iPads and Alexa devices a huge benefit to dementia sufferers and carers Leeds study found

Digital technology can bring huge benefits to the health and wellbeing of people with dementia and their carers, a study in Leeds has found.
Val Hewison, chief executive of Carers Leeds.Val Hewison, chief executive of Carers Leeds.
Val Hewison, chief executive of Carers Leeds.

iPads and Alexa devices were loaned to dementia support groups, memory cafes and home carers during the NHS Digital Leeds Dementia Pathfinder project.

One carer said the technology had “changed her and her dad’s life” after she used it for medication, exercise and appointment reminders.

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Another said that using an iPad had helped him to feel less isolated as it had enabled him to continue with his hobbies as well as spend more quality time with his wife, playing games and listening to music together.

Carers said there were practical benefits, like enabling them to manage medication or get health information.

They also said it improved their wellbeing by providing them with online support, as well as an opportunity to relax, socialise and have fun.

The NHS Digital pathfinder project was run by 100 per cent Digital Leeds along with several community partners

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Almost 800 people got involved with the project over 12 months, including people with dementia, carers, staff, volunteers and stakeholders

Lessons learned from the project, as well as the equipment, were used to continue to provide vital support when the UK went into lockdown in March - just as the project finished.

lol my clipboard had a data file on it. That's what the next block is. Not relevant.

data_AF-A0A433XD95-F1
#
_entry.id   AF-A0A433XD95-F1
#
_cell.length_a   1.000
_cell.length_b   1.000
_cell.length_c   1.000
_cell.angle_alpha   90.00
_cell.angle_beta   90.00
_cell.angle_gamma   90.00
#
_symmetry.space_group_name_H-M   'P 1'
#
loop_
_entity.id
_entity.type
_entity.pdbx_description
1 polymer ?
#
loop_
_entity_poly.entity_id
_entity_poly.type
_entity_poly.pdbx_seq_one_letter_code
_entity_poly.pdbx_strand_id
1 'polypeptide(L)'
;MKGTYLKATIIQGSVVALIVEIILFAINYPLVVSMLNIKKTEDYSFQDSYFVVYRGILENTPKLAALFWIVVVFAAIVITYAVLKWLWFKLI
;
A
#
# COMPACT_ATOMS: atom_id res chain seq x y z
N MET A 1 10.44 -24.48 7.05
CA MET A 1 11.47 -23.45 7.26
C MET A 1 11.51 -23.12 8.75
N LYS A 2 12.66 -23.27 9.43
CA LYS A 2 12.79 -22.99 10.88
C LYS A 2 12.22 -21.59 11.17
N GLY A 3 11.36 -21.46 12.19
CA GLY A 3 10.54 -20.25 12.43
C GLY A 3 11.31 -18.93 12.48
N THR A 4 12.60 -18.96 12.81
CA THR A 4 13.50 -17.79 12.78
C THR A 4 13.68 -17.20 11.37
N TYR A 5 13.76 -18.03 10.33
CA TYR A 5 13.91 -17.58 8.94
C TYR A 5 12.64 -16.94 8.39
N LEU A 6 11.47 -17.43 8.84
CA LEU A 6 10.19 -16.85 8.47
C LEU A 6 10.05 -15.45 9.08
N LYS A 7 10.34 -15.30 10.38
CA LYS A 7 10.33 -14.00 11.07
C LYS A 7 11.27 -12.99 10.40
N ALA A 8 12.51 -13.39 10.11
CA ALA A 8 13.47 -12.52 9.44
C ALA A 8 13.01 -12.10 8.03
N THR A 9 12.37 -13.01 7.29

Devices were loaned to care homes, hospital wards, support groups, Carers Leeds and Neighbourhood Network Schemes across the city.

They enabled staff to support residents, patients and isolated older people to stay connected with friends and family using video calling.

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Val Hewison, Chief Executive of Carers Leeds, said: “The Leeds Dementia Pathfinder had a really positive impact on carers’ lives.

"During the coronavirus crisis and lockdown, it was more crucial than ever to keep in contact with carers of people with dementia.

"We used our experience and knowledge gained through the Leeds Dementia Pathfinder work to do this.

"We found creative approaches to digital technology to help carers who are socially isolated and by so doing, we improved that ever important connectivity with families and communities."

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